Edie, the owner of the Blue Lion Hotel on the coronation route, faces one trial after another as she prepares for the big day. Stella, a photographer who survived the war in Italy, is in England for a fresh start after losing most of her family in various camps. And James, a Scottish painter with Indian roots, must navigate not only the aftermath of the war, but also racial tensions.

As the new monarchy becomes official, the coronation year is a story of hope for the future, despite the trials and tribulations that these characters face. And of course, there is a touch of romance to round things out nicely.

My thanks to William Morrow (via Netgalley) for a digital arc in exchange for a honest review.

Saturday, April 1, 2023

From the Mixed-Up Files of Mrs. Basil E. Frankweiler by E.L. Konigsburg

When Claudia decided to run away, she planned very carefully. She would be gone just long enough to teach her parents a lesson in Claudia appreciation. And she would go in comfort - she would live at the Metropolitan Museum of Art. She saved her money, and she invited her brother Jamie to go, mostly because he was a miser and would have money.

Claudia was a good organizer and Jamie had some ideas, too; so the two took up residence at the museum right on schedule. But once the fun of settling in was over, Claudia had two unexpected problems: She felt just the same, and she wanted to feel different; and she found a statue at the Museum so beautiful she could not go home until she had discovered its maker, a question that baffled the experts, too.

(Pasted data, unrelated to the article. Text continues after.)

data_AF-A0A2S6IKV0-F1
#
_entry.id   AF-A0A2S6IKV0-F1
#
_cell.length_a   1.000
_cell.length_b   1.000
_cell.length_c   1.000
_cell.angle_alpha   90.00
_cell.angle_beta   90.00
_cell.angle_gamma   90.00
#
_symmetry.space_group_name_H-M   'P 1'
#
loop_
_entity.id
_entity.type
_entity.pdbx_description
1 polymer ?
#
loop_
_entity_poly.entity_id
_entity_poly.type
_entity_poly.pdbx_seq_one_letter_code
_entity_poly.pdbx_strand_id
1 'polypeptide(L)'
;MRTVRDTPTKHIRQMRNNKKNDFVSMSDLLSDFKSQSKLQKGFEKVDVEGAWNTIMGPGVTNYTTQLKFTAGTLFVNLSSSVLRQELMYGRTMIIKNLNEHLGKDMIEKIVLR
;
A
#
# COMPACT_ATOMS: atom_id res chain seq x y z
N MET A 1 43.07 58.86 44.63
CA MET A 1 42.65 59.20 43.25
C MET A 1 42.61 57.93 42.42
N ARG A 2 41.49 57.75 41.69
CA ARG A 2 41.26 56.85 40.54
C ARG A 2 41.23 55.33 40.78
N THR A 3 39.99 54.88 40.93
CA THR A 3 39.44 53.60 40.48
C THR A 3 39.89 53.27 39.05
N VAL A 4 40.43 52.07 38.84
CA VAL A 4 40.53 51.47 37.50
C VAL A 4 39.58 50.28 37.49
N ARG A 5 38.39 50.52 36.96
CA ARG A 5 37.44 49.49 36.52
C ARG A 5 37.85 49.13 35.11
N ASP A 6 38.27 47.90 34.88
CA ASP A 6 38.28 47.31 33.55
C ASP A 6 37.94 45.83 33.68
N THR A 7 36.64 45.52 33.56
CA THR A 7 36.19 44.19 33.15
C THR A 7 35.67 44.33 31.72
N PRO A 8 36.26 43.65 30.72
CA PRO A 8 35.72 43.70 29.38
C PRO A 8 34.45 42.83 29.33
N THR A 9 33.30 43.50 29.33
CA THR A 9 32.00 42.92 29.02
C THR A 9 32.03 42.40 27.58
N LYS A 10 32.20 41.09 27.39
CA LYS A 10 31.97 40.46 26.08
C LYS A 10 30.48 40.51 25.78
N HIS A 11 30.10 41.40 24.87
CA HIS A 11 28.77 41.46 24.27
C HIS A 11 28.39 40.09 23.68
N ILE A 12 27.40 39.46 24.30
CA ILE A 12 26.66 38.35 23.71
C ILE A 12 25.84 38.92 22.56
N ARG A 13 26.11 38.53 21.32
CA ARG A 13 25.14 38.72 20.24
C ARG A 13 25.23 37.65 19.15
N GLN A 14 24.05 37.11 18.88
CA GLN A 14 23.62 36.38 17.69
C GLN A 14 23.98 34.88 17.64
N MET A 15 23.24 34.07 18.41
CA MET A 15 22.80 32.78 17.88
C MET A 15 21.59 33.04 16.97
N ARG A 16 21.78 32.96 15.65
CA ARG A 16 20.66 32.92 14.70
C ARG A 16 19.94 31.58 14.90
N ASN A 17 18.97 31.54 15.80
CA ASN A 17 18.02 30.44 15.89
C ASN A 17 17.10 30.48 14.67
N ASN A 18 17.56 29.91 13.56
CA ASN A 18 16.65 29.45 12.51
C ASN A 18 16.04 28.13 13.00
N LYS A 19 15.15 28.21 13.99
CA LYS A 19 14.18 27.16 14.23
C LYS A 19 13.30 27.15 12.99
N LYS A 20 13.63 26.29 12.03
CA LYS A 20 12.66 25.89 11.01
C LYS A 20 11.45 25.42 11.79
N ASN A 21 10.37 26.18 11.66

The former owner of the statue was Mrs. Basil E. Frankweiler. Without her - well, without her, Claudia might never have found a way to go home.

Hardcover, 162 pages
Published March 1, 1967 
by Atheneum Books for Young Readers

Several years ago, I embarked on a mission to read all of the John Newbery Honour winners. This prestigious award has been bestowed upon exceptional children's books since 1922. While I still have a long way to go with these middle-grade novels, I manage to read a handful each year. In 1968, From the Mixed-Up Files of Mrs. Basil E. Frankweiler was the recipient of this esteemed award.

The story follows the escapades of siblings Claudia and Jamie, who run away from home to live in the Metropolitan Museum of Art in New York City. The tale is narrated from the perspective of Mrs. Basil E. Frankweiler, leaving this reader to ponder her connection to the two children.

Claudia masterminds the runaway plan, enlisting her younger brother Jamie to join her. Jamie's frugality and savings make him the perfect partner for this adventure.  The reason for this adventure is made clear with an unexpected quest added along the way.

From the Mixed Up Files is a story of siblings, adventure and mayhem. Unlike many of the honour winners, this book is a fun and entertaining read, filled with words of wisdom, lessons in frugality, and adventure.

This book was part of my 2023 reading off myself challenge. #26